Noshville on Division Street closed its doors at the end of 2015. Well, the restaurant has other locations, but the one on Division was its first and was the one I knew best because it was so close to where I worked. And I never thought to take a picture of it in its heyday when the Statue of Liberty stood tall atop its roof.
I still walk that way regularly, down the sunny side of the street, under where its awnings used to hang, usually on my way to JJ’s Coffee Shop. And there’s a bit of a tale: Noshville had been there since 1996. JJ’s has been there since 1974 and is still going strong in spite of a couple of major coffee chains moving in just a few blocks away. Noshville decamped to make way for developers who want to put up an apartment building but JJ’s is being the thorn in their foot. The owner of JJ’s has a lease through 2020 and, bless him, is defending his right to keep going at least that long in court. And so far has been successful.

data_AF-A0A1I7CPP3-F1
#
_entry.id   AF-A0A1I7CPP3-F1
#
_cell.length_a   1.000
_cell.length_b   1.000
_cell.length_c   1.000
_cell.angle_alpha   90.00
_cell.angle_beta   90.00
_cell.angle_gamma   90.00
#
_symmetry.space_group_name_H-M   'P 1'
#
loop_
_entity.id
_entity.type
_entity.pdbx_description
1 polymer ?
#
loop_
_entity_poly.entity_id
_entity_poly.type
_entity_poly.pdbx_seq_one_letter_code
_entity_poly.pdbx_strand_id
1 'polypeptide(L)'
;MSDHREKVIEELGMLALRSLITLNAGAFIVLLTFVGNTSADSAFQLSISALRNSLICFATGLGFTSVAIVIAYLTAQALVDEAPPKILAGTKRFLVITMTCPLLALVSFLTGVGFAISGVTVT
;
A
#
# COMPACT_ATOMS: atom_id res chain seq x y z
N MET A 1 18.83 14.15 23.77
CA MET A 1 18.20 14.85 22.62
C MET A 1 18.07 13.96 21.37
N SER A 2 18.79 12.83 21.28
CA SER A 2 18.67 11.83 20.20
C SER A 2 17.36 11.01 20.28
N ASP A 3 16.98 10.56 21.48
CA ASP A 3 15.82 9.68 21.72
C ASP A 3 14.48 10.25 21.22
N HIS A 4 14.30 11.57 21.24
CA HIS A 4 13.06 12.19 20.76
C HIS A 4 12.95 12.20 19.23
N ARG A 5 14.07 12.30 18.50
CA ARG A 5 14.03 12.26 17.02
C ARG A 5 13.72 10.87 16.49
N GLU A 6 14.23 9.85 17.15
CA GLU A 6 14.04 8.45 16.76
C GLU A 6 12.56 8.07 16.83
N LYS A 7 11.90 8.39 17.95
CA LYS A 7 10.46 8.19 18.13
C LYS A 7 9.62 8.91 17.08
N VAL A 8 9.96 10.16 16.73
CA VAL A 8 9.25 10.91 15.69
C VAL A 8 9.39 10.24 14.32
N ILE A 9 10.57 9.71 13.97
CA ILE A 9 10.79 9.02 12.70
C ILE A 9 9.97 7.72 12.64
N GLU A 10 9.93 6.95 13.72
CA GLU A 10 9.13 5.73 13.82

I don’t mean to turn this into an ad for JJ’s but I like the coffee and the atmosphere of the place, and it also sells an eclectic mix of European chocolates and craft beers. It’s also the oldest ongoing establishment in an area that’s been in flux and is changing even now.
Anyway I happened to be walking down the other way—the shady side of the street, and I do mean shady, but that’s another story. I turned around and looked back and saw this:
Graffiti is usually seen as a mark of a bad neighborhood, something that lowers the property value in an area, but the space where Noshville was has been sitting empty for more than nine months now. It’s hard to imagine the value getting any lower, but an artist has added something to the area. It’s fascinating and thought-provoking. Maybe it will even inspire conversation, at least among people walking down the shady side of the street.